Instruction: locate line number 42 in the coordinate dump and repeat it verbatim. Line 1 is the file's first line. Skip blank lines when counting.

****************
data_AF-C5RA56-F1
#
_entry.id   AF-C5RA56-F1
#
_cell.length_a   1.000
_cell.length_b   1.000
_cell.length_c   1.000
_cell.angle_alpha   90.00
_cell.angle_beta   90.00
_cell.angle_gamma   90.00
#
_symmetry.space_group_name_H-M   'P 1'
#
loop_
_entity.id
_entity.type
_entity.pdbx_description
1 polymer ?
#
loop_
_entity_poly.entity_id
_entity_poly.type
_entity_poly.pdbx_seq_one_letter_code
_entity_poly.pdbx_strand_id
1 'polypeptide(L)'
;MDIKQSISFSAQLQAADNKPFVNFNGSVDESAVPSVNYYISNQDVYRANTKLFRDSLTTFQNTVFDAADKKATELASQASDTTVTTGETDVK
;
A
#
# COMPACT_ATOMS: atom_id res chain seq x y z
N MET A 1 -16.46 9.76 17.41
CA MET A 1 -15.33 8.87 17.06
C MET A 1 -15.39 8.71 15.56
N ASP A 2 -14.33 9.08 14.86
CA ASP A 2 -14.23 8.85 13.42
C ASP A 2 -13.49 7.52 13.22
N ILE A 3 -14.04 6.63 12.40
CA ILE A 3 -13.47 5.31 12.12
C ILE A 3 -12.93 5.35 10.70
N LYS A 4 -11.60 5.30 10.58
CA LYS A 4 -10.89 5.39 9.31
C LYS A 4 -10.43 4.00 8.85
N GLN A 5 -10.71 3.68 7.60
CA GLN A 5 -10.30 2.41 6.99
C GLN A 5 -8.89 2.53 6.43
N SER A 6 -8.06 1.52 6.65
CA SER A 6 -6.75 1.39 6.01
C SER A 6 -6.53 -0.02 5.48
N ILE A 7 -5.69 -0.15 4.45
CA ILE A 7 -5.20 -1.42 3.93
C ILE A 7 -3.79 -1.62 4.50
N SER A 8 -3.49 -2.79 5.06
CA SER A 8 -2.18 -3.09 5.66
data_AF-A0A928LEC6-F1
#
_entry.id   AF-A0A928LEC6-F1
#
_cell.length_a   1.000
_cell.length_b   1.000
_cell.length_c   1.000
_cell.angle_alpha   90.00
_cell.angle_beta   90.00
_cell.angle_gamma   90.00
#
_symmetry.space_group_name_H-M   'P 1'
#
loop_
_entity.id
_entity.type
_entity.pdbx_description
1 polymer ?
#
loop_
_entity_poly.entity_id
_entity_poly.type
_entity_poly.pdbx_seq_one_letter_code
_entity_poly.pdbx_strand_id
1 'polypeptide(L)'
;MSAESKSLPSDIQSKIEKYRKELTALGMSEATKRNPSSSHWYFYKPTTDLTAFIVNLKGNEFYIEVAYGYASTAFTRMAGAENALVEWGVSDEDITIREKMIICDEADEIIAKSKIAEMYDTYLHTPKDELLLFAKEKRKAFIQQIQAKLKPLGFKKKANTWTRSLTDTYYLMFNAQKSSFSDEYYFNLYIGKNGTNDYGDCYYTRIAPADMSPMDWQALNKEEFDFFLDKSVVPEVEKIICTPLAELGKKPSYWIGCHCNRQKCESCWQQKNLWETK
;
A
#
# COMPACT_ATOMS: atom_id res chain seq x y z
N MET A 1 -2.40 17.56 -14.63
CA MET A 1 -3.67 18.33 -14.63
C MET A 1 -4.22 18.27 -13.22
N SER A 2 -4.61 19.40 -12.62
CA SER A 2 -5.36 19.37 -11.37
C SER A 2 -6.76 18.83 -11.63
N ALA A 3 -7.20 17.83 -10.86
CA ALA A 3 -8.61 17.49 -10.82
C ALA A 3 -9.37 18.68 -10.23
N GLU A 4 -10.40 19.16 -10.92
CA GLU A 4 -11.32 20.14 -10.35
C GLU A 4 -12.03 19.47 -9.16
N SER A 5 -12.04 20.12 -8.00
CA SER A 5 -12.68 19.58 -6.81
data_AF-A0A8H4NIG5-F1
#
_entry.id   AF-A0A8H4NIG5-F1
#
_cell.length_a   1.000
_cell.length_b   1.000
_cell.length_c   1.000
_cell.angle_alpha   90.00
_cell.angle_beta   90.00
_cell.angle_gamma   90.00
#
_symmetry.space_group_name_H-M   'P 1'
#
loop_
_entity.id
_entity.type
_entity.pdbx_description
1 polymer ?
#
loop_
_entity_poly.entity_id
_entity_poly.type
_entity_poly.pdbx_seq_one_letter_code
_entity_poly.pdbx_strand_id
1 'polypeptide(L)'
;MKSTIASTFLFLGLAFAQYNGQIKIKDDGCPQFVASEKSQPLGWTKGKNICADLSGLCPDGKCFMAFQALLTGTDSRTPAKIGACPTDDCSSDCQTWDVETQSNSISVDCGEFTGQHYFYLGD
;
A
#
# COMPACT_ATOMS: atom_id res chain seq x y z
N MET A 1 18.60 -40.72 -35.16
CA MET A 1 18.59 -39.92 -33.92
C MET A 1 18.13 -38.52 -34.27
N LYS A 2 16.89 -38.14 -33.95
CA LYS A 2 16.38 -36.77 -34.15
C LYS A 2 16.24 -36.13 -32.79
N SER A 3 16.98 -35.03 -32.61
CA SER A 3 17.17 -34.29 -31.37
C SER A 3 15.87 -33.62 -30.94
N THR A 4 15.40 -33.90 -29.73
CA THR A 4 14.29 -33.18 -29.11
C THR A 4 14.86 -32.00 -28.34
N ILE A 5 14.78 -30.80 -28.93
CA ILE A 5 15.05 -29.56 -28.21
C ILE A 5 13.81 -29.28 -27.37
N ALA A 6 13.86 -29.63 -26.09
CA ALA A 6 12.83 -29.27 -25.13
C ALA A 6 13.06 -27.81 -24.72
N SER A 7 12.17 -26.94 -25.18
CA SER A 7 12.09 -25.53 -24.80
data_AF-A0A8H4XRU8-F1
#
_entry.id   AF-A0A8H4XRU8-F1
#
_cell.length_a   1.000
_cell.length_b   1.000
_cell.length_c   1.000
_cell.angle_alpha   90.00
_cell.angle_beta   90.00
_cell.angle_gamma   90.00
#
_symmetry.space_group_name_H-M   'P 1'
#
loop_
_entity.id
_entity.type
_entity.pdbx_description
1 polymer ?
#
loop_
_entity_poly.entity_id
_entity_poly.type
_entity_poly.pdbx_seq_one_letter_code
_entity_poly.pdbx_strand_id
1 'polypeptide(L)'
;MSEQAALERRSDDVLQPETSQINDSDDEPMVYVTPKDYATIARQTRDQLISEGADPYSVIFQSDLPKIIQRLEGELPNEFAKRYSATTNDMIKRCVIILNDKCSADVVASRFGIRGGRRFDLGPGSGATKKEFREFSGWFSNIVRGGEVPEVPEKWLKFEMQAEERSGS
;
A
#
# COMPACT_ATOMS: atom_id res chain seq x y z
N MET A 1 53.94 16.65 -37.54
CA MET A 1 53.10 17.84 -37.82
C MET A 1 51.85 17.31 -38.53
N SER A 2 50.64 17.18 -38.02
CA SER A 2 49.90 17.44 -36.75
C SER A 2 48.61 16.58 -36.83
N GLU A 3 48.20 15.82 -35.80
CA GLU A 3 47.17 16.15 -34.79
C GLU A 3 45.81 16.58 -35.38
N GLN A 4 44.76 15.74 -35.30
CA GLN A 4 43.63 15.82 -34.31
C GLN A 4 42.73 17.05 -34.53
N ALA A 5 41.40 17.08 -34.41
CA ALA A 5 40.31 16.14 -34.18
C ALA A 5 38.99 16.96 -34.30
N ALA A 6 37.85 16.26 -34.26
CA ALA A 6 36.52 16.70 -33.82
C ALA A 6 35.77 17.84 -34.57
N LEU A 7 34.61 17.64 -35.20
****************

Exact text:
C LYS A 4 -10.43 4.00 8.85